by Mark A. Cobb
As humans, we use milestones to mark our journeys; as one year fades into another, it is natural for us to claim the calendar change as an opportunity to make changes within ourselves. Fortunately, in 1885, the Church of England’s Bishop Beckwaith provided us with a useful formula for making effective and permanent changes in our lives:
Plant a thought and reap a word;
Plant a word and reap an action;
Plant an action and reap a habit;
Plant a habit and reap a character;
Plant a character and reap a destiny.
The most successful humans are leaders in both their personal and their professional lives; consequently, those who want to succeed are willing to change–to improve themselves, their businesses and their lives. Thus, without any pretensions, we offer this year’s list of the Top Ten New Years Resolutions for Construction Professionals:
10. Take time to understand the other person’s position:
It doesn’t matter whether you are a design professional trying to fit your client’s desires (and needs!) into a budget or whether you are a project manager negotiating a change order with a subcontractor, it is very important to recognize the validity of the other person’s opinion. Acknowledging and understanding another person’s position can go a long way in avoiding potential disputes or quickly resolving a current dispute. Respect appears to be disappearing in the construction industry–promise to prevent its further erosion in the new year!
9. Money is important, but it isn’t the most important thing:
With today’s increasingly tight profit margins, even small bumps can derail projects and bankruptcy contractors, thus, there is an ever-increasing temptation to deny payments to those downstream, to cut-corners where corners should not be cut, and to worry more about your own job-security than the success of the project. Do not give sway to these temptations. Instead, be professional; treat others the way you wish to be treated, and look for a successful project completion for all of the participants. This is a wonderful time to remember that reputation, dignity, and honor trump profits in every long-run scenario.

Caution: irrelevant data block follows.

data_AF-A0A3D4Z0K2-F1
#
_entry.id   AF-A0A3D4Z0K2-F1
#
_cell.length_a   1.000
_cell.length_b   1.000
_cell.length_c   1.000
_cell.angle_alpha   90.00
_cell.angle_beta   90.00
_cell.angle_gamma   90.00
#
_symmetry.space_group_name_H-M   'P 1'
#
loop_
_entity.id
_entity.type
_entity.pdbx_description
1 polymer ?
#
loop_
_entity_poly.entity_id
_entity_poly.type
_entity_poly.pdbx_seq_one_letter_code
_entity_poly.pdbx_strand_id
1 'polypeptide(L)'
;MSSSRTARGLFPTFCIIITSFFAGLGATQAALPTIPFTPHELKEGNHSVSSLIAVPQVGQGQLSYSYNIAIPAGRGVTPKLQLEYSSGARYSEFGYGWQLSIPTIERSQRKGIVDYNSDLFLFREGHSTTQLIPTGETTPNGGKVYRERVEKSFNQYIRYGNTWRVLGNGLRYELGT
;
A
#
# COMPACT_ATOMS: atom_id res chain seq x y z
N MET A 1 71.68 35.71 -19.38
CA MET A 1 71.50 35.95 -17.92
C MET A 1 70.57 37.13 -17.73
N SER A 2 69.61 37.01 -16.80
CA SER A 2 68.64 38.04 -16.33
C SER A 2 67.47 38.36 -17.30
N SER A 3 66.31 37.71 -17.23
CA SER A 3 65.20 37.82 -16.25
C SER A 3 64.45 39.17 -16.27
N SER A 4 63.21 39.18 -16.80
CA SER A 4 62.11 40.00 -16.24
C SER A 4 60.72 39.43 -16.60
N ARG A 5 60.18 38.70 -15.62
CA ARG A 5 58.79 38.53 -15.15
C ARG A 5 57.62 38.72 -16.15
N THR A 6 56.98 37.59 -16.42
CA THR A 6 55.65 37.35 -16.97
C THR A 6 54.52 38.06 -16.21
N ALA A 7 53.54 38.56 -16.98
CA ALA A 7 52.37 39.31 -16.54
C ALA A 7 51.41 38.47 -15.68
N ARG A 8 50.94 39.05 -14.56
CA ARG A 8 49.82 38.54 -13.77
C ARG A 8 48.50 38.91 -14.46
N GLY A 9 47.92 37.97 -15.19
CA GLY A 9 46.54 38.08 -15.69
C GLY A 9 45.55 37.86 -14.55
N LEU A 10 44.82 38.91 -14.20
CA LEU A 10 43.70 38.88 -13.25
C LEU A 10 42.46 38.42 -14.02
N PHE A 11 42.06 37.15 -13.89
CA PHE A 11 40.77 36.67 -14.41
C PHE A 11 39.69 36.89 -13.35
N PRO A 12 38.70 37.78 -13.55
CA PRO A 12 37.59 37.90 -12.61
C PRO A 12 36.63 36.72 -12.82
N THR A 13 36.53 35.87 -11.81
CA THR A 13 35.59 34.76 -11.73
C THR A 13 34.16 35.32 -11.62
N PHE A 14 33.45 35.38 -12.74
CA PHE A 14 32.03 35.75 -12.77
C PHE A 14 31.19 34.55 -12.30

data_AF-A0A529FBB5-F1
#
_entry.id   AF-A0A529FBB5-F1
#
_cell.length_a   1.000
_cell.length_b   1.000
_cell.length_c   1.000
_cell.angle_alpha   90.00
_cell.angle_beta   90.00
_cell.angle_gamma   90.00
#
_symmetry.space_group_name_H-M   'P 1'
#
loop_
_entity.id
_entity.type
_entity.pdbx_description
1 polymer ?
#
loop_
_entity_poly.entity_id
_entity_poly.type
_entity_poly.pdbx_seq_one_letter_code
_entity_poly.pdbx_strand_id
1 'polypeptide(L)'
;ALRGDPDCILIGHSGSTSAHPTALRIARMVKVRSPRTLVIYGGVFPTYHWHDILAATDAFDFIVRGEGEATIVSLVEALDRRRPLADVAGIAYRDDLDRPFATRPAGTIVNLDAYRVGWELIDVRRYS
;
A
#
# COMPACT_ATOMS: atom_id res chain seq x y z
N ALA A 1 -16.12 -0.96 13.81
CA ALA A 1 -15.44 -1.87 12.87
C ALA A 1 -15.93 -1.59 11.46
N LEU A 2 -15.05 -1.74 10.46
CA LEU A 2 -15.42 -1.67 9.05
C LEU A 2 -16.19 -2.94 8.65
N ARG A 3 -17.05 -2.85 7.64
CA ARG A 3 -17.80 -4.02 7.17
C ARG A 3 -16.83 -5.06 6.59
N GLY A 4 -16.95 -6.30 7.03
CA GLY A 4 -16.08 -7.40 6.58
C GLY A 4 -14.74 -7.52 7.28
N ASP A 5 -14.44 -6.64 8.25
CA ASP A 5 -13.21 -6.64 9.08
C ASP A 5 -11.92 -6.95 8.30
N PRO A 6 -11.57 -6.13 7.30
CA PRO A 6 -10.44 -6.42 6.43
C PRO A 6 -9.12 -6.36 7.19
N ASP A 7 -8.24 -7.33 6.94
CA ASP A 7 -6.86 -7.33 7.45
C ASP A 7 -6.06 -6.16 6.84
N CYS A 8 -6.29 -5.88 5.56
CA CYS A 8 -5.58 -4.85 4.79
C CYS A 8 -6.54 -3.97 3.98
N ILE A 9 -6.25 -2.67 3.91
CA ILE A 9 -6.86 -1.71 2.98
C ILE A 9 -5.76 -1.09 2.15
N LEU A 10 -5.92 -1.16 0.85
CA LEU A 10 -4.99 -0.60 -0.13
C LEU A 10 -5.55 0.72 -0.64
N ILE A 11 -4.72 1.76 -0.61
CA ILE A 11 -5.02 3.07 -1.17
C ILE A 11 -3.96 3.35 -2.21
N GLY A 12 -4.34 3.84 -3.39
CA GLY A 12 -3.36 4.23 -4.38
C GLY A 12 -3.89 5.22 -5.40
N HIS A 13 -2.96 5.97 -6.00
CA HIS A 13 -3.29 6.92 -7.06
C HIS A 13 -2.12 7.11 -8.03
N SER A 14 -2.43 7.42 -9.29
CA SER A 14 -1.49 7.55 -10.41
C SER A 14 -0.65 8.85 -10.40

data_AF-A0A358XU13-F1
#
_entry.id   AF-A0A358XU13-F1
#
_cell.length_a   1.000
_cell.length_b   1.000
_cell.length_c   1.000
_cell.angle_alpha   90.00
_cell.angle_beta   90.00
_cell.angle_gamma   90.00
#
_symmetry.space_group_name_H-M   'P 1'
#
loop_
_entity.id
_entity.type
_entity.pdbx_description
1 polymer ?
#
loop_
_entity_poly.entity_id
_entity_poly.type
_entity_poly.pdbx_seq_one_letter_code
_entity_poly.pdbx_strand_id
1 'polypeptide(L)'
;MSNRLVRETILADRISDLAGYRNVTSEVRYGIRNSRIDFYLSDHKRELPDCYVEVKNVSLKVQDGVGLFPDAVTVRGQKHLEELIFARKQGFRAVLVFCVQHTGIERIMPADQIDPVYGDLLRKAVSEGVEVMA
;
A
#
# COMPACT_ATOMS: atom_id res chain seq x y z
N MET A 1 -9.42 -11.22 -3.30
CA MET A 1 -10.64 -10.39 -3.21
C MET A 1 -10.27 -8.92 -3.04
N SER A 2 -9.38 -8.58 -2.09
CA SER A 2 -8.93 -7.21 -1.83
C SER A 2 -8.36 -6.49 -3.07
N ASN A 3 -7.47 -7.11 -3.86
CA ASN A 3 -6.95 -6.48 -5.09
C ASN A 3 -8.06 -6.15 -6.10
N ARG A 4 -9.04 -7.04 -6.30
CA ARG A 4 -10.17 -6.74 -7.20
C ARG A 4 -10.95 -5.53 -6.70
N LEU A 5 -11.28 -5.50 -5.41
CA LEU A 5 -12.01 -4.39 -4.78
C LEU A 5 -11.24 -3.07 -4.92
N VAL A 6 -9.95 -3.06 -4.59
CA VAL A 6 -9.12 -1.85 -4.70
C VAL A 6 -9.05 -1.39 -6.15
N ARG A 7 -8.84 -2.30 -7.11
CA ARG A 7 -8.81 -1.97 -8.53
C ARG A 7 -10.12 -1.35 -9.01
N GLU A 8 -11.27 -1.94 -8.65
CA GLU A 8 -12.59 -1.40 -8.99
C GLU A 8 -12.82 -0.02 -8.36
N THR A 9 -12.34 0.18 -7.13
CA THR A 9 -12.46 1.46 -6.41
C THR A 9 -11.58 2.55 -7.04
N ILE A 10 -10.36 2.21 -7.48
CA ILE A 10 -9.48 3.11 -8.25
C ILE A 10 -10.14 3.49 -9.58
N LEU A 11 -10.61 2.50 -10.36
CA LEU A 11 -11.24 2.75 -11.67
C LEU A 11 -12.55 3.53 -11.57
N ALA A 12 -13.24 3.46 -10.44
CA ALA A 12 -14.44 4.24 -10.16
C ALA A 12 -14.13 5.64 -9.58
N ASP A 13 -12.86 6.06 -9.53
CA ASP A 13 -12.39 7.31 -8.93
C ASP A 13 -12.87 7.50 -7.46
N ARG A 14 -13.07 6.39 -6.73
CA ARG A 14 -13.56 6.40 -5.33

8. Use fair and balanced construction contracts:
We see more and more general contractors handing down increasingly onerous construction contracts which could be summed up with the following statement: “Subcontractor Agrees to do anything and everything the Prime Contractor requires (whether known or unknown to the Subcontractor); and, for this work, the Subcontractor will only be paid the amount stimulated below if and when the Prime Contractor wants to.” This is neither fair nor right. Contracts have become solely about transferring risk and listing reasons to withhold payment; instead, we argue that construction contracts should be about ensuring mutual successes on a given construction project, reaching just conclusion in the event of a (real) dispute, and cooperation between the project owners, prime contractor, subcontractors and material suppliers.
7. Watch those emails and texts:
Almost daily we are appalled by construction professional’s reliance on text or emails to transmit important communications and even contractually required notices. Unfortunately, this type of communication lends itself to a “too concise” ability to communicate and “too casual” form for addressing important topics. If something is important, then take the time to write a letter (it forces you to be more professional, more accurate and less likely to be misinterpreted) and attach it as an email. Do not let text and email “conversations” be substitutes for meetings where you can meet face-to-face. And–frankly, we are shocked about this–watch the curse words and pejorative statements in your emails. They can (and will) be used against you.